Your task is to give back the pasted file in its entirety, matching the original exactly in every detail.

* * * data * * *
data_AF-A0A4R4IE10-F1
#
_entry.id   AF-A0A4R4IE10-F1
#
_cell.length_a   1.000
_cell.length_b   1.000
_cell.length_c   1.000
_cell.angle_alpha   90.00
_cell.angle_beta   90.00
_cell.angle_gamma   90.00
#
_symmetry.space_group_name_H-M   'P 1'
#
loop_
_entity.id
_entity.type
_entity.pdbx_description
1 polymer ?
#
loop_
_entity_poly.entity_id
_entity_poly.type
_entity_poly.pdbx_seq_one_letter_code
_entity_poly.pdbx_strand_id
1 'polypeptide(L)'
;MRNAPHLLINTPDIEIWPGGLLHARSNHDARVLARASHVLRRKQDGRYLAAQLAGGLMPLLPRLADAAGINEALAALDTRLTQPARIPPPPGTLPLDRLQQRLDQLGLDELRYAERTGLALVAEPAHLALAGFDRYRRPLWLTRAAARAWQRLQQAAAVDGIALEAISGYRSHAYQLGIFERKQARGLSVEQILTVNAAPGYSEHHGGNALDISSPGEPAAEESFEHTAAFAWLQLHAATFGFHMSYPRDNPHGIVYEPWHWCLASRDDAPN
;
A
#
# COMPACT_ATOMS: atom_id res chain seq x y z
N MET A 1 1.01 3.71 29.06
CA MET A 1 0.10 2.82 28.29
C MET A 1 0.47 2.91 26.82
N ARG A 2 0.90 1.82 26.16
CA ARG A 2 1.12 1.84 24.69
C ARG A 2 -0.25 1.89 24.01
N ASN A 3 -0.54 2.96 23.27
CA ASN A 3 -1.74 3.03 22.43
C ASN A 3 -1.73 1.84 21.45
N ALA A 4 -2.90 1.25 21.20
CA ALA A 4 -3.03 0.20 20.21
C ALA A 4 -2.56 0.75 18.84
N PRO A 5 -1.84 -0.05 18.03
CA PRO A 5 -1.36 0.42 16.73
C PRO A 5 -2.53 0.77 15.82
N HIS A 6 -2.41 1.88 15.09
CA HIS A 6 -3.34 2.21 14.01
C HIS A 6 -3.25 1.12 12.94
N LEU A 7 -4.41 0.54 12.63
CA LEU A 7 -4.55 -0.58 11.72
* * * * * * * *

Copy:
data_AF-A0A4R4IE10-F1
#
_entry.id   AF-A0A4R4IE10-F1
#
_cell.length_a   1.000
_cell.length_b   1.000
_cell.length_c   1.000
_cell.angle_alpha   90.00
_cell.angle_beta   90.00
_cell.angle_gamma   90.00
#
_symmetry.space_group_name_H-M   'P 1'
#
loop_
_entity.id
_entity.type
_entity.pdbx_description
1 polymer ?
#
loop_
_entity_poly.entity_id
_entity_poly.type
_entity_poly.pdbx_seq_one_letter_code
_entity_poly.pdbx_strand_id
1 'polypeptide(L)'
;MRNAPHLLINTPDIEIWPGGLLHARSNHDARVLARASHVLRRKQDGRYLAAQLAGGLMPLLPRLADAAGINEALAALDTRLTQPARIPPPPGTLPLDRLQQRLDQLGLDELRYAERTGLALVAEPAHLALAGFDRYRRPLWLTRAAARAWQRLQQAAAVDGIALEAISGYRSHAYQLGIFERKQARGLSVEQILTVNAAPGYSEHHGGNALDISSPGEPAAEESFEHTAAFAWLQLHAATFGFHMSYPRDNPHGIVYEPWHWCLASRDDAPN
;
A
#
# COMPACT_ATOMS: atom_id res chain seq x y z
N MET A 1 1.01 3.71 29.06
CA MET A 1 0.10 2.82 28.29
C MET A 1 0.47 2.91 26.82
N ARG A 2 0.90 1.82 26.16
CA ARG A 2 1.12 1.84 24.69
C ARG A 2 -0.25 1.89 24.01
N ASN A 3 -0.54 2.96 23.27
CA ASN A 3 -1.74 3.03 22.43
C ASN A 3 -1.73 1.84 21.45
N ALA A 4 -2.90 1.25 21.20
CA ALA A 4 -3.03 0.20 20.21
C ALA A 4 -2.56 0.75 18.84
N PRO A 5 -1.84 -0.05 18.03
CA PRO A 5 -1.36 0.42 16.73
C PRO A 5 -2.53 0.77 15.82
N HIS A 6 -2.41 1.88 15.09
CA HIS A 6 -3.34 2.21 14.01
C HIS A 6 -3.25 1.12 12.94
N LEU A 7 -4.41 0.54 12.63
CA LEU A 7 -4.55 -0.58 11.72